Ref Watch: Andrew Porter a lucky boy?
English whistler Karl Dickson got this year’s Six Nations underway and he can be very pleased with his contribution to an entertaining contest.
All 15 of this year’s matches have different referees and with only 12 spots available at the World Cup in the autumn all those taking the whistle are only too aware that there are no second chances.
Dickson will also in the back of his mind know that his reputation didn’t emerge unscathed from the recent Joe Marler controversy, so a well-managed contest with no major talking points represented a successful and low-profile day at the office for the former Harlequins scrum half.
When first fast-tracked into the English Premiership at the end of his playing career it was very obvious that Dickson was learning on the job in this vital area of refereeing.
To his credit he has since developed a firm-but-fair manner which is approachable without being overly conversational. Handling the confrontational Dan Biggar and Johnny Sexton presents any referee with a challenge, but on the opening day of the 2023 Six Nations neither posed any problems for the English official who communicated clearly and to an appropriate level throughout.
Perhaps the biggest complement to his improvement in this area was how accurate and easily understood he was. Short descriptive phrases such as “stay back” and “no.8 wrong side” are minimal in nature but also invite no further discussion.
The only point at which Dickson went into more descriptive mode – aside from discussions with his TMO and touch judges – was after penalising Andrew Porter for a late hit on try-scorer Liam Williams. While requiring Biggar to re-take a conversion which he craftily slotted over while no-one was looking, Dickson explained that play had been held up while he informed Ireland that the restart would be a penalty to Wales rather than a kick off. This was because Porter’s foul play happened after the try was scored rather than during the act of scoring – a correct decision in law which was immediately accepted by both sides.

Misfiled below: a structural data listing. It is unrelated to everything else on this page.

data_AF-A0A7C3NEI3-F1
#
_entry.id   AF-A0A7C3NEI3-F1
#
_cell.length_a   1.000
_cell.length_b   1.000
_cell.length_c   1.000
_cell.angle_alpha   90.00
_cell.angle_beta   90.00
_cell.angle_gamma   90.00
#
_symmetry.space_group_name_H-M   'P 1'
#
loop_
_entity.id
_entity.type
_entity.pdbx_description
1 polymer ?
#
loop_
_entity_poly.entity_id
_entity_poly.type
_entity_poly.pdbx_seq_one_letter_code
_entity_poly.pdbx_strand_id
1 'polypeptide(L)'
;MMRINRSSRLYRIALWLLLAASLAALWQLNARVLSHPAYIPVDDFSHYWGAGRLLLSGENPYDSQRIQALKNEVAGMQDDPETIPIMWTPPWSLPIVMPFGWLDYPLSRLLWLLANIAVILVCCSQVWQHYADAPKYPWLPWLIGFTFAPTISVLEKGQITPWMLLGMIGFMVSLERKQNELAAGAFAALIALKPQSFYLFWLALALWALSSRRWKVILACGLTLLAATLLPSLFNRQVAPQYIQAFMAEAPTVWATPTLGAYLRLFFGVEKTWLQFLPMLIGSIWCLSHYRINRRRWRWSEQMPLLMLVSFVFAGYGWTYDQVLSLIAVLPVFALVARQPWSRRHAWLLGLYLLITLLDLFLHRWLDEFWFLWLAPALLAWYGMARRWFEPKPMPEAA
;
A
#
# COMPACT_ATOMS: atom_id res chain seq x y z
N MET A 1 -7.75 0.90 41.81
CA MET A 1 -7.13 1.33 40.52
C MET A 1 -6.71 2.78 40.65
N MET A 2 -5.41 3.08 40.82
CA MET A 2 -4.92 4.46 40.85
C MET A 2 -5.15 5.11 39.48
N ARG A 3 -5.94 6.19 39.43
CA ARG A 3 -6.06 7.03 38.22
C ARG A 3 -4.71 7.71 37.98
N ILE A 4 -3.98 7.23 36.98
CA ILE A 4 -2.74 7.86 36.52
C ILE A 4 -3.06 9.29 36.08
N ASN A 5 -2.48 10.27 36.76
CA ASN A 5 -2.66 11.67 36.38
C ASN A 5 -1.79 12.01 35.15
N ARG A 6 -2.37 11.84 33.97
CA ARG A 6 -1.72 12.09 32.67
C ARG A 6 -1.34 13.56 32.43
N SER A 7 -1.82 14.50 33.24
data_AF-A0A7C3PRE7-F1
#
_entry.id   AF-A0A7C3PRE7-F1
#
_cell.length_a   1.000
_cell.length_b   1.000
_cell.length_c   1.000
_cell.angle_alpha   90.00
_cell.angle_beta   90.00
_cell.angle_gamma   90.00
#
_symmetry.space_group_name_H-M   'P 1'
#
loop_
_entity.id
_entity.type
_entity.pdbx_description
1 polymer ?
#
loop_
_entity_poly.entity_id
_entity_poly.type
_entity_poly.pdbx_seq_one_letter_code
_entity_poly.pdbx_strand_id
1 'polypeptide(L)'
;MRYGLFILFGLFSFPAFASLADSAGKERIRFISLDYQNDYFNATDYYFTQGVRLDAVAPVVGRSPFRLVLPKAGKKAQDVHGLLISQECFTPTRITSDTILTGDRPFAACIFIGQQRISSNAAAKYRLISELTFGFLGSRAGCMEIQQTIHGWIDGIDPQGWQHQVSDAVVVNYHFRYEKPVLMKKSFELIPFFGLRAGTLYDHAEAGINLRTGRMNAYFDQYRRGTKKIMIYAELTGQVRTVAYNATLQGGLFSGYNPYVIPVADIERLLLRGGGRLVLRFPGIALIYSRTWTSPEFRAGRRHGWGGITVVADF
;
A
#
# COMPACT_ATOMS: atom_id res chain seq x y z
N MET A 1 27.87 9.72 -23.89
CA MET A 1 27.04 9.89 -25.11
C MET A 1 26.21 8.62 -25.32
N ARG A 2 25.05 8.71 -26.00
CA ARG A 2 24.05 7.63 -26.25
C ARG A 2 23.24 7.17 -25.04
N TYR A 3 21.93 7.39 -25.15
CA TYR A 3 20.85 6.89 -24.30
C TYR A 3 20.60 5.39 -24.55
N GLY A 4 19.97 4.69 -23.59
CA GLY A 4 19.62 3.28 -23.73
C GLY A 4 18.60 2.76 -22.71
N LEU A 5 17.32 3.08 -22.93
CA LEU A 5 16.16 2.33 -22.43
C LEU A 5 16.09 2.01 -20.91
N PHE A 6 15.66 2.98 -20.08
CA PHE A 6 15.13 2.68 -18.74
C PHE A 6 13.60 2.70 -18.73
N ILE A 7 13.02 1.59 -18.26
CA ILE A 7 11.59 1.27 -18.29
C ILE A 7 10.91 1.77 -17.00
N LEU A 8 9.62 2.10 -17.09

I also liked how he issued a quietly understated warning to Wales skipper Ken Owens after his team conceded nine penalties in the opening 32 minutes. “You know what’s coming, Ken” was all it took for the hosts to adjust their approach and as a result infringe on only a further six occasions in the remainder of the match.
Dickson’s Premiership colleague Tom Foley was on duty in the TV van from where he did a good, unobtrusive job in the background.
I wasn’t 100 per cent convinced that the TMO got his first call right when Tomas Francis appeared to have knocked on in the tackle. However, what was very obvious during this review, when Foley later checked a possible Wales try and when he looked at Irish replacement Iain Henderson’s illegal second-half challenge on Williams, was that the officials were making every effort to halt the match’s natural flow as little as possible by limiting themselves to one or two replay angles and getting to a decision quickly.
Others will disagree, but for me rugby has shades of grey and stopping for lengthy periods to consider every angle in a marginal decision is not what the TMO is there for, so I applaud this approach.
Along similar lines, it was also interesting to hear Foley twice preface slo-mo replays with: “We’re looking for clear evidence of…” For those watching on TV who perhaps only see limited amounts of rugby each year this clarified his principle role as being to correct clear and obvious on-field errors. World Rugby’s TMO training manual at work perhaps?
Foley made an excellent interjection midway through the second half when he picked up an off-the-ball tackle on Taulupe Faletau which Dickson didn’t see. This contact prevented Wales’ no.8 supporting the ball-carrier at a breakdown close to Ireland’s line which therefore ended with the hosts being isolated in contact and penalised. After seeing a replay Dickson reversed the penalty award.
In summary, this was a cohesive performance between a TMO and referee who seemed to be on the same wavelength and understand where their responsibilities and limits of authority lay. It is clearly no coincidence that a pair of English officials worked together on this game while two Kiwis – Paul Williams and Brendon Pickerill – were paired for the Calcutta Cup clash. Both TMO’s are also active referees which is not usually the case at a World Cup where a small number of experienced former officials are handed the keys to the broadcaster’s van. One to ponder?